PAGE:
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Simplicity in business should be the goal

Simplicity in business

Since this post is going to be about the power of simplicity in business, I’ll keep it relatively short. Simplicity, you know? (P.S. I’ve written about this before, i.e. here and here.)

I think it’s probably helpful to level-set at the beginning.

The flawed assumptions we all make

In part because we see a lot of young guys making money off tech, we tend to think this is a very “entrepreneurial” or “innovative” time. It’s not. Companies are more bureaucratic than ever. Why would that be? If the goal of a company is often to cut cost, why would they take on all those salaries in the form of “Strategic Account Manager Level II?” 

Very simple. Bureaucracy allows people to make a good salary and never have to make decisions. All they do all week is go from meeting to meeting and fire off low-context emails. Every two weeks, they get a nice chunk of change in the Bank of America account. They essentially did nothing except digitally push papers around and say the same 12 buzzwords in various meetings. Bureaucracy and hierarchy enable this to happen.

And now, the biggest impediment to simplicity in business

For those bureaucratic managers to feel relevant and have their job provide them some self-worth, they need to find things to do. Oftentimes, this involves running other people in circles and/or talking about how busy and important they are.

Usually this happens by choking everything in process. When you do that, any chance of simplicity in business is out the window. And, in fact, let’s turn to GM CEO Mary Barra, talking to Stanford Business School students, about that topic:

Before she became CEO, Barra was part of GM’s senior leadership team and had been working to bring the company, founded in 1908, into the digital age. Her priorities included simplifying the company and eliminating bureaucracy. “If you believe that most people come to work every day and want to do a good job, then what’s getting in their way? Do we have an environment, a collaborative environment, and the tools that are necessary so they can do their best work? Or is it painful to get the most simple task done?” she says.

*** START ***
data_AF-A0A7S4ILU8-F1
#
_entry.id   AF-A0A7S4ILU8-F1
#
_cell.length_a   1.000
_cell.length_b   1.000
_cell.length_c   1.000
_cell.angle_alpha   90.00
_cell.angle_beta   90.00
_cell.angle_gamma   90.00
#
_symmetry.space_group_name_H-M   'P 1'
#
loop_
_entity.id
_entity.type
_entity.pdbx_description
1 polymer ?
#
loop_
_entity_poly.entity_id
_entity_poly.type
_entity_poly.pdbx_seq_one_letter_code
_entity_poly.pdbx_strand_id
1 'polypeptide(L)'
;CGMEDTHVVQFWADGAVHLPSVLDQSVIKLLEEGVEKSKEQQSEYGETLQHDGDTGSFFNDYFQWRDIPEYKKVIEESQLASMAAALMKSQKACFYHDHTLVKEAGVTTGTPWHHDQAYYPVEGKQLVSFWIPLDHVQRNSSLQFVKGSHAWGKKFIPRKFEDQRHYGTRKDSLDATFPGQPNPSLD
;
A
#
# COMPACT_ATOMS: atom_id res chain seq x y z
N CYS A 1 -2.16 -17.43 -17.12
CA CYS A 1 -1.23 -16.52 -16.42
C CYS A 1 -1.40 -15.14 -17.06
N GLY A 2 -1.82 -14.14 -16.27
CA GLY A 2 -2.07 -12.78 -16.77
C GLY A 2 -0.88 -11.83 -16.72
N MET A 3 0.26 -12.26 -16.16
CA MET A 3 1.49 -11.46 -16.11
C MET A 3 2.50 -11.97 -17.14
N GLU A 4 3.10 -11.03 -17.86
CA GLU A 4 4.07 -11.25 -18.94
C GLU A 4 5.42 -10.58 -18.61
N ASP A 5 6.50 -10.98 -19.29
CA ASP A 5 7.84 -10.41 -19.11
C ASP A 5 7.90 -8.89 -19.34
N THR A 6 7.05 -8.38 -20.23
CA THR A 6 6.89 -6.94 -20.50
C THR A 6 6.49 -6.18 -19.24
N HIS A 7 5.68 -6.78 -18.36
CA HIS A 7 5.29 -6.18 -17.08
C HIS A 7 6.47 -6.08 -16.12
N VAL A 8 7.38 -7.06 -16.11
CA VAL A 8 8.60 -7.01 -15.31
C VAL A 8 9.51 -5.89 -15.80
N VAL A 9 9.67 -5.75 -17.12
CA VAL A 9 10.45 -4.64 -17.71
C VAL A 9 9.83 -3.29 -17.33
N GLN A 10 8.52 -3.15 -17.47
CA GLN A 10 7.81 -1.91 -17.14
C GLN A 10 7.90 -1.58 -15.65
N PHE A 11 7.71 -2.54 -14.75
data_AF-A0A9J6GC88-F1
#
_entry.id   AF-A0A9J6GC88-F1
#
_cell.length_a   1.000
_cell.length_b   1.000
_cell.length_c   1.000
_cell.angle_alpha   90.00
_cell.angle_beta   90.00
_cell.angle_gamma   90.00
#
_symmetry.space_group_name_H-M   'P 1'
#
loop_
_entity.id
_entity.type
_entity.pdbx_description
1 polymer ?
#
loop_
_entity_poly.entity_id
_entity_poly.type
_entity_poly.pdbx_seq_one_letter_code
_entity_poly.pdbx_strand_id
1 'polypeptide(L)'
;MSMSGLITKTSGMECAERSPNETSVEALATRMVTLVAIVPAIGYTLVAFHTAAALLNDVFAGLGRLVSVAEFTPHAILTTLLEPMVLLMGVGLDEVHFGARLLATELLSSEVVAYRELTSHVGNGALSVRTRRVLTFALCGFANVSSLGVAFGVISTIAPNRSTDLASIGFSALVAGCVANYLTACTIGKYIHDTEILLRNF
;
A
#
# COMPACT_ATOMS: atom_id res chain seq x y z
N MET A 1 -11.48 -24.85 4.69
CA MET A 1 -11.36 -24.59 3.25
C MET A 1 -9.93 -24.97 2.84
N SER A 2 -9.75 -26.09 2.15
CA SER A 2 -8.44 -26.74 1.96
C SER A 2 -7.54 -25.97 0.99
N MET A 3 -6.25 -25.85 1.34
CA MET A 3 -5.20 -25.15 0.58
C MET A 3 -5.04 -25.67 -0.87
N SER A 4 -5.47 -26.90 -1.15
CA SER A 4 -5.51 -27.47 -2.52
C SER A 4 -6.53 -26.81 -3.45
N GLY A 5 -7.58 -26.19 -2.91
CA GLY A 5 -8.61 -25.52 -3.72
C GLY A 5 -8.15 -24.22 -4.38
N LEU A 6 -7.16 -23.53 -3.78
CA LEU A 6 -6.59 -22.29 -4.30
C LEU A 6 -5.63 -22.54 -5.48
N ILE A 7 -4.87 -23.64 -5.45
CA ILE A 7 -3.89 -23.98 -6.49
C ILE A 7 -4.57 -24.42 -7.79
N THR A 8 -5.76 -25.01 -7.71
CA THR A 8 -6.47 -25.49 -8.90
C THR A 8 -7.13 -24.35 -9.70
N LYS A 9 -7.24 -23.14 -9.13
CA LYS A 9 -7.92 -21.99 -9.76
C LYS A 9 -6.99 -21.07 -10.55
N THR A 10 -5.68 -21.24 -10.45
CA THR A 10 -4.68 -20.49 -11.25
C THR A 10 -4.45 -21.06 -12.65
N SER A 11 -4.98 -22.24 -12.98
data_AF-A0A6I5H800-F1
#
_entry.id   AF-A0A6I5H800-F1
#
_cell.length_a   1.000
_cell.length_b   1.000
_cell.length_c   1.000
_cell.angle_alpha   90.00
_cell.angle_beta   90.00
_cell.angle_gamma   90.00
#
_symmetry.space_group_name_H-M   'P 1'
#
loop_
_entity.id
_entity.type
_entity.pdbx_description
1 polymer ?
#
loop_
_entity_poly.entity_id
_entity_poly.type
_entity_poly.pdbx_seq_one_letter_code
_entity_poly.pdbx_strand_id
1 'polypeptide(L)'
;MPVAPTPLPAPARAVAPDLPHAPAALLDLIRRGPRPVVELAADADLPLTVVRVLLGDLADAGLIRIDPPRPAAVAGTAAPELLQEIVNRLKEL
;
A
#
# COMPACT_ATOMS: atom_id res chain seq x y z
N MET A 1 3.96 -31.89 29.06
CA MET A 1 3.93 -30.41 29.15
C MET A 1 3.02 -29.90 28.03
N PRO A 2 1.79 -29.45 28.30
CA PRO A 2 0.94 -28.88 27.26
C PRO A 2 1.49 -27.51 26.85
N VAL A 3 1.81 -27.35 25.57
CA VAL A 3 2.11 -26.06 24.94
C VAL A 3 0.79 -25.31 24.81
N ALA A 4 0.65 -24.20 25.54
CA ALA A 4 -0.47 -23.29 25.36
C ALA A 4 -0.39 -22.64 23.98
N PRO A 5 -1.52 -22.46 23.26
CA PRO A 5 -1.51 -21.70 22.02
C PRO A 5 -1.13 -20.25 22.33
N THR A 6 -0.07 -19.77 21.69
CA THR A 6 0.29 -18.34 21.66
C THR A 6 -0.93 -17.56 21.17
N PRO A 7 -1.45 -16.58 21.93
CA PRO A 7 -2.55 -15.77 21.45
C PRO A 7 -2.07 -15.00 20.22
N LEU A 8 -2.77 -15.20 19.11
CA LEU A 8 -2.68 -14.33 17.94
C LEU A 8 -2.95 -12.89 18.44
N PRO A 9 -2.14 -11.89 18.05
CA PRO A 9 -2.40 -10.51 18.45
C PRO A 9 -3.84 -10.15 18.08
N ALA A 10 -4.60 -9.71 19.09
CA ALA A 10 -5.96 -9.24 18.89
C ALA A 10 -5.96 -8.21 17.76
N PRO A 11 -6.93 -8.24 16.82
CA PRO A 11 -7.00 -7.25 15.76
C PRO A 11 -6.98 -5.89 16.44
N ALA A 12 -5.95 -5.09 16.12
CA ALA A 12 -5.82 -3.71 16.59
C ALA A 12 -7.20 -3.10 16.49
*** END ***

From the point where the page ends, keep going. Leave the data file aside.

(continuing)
Wow.

“Is it painful to get the most simple task done?”

Ask yourself that about where you work.

Out of 10 people that may read this and ask themselves that question, I bet 7 would say “yes.” No way it’s lower than 5.

We’ve all had jobs where to do a simple action, you need to update 12 documents residing in seven different places. Those jobs are probably more normative than jobs that embrace the idea of simplicity in business.

Once I had a job where literally every tweet had to be entered into various databases. The rationale was “accountability” (1), “so the bosses can know what’s going on” (2) and “data” (3).




 

Breaking down those three: (1) process for the sake of process; (2) the bosses never looked at it because Twitter wasn’t a direct revenue channel; (3) no one ever analyzed it, and all that was recorded was the tweet — not the data on the tweet. What “data” would one glean from the tweet copy?

Wouldn’t simplicity in business be logical?

If everyone is so busy and business is moving so goddamn fast and there’s so much to do (we love us some workaholics), wouldn’t it make sense to make things simpler? I think that’s the premise of the Essentialist movement.

I’m all for responsibility and accountability, but aren’t there ways to design processes with an eye towards simplicity, instead of making easy tasks painful to complete?

I feel like if we can create all this tech and hold massive conferences about what work will look like in the future, we can probably create systems where business gets done without gagging everyone on process.

The elephant in the room here, of course, is the role of managers. They need to feel relevant. That’s a huge aspect of work, especially for guys. And running people in circles / making them jump through hoops on basic tasks = increases relevance of whoever assigned that work. It’s hard to completely ignore that psychology.

What would you say about simplicity in business? Ever achievable?

Ted Bauer

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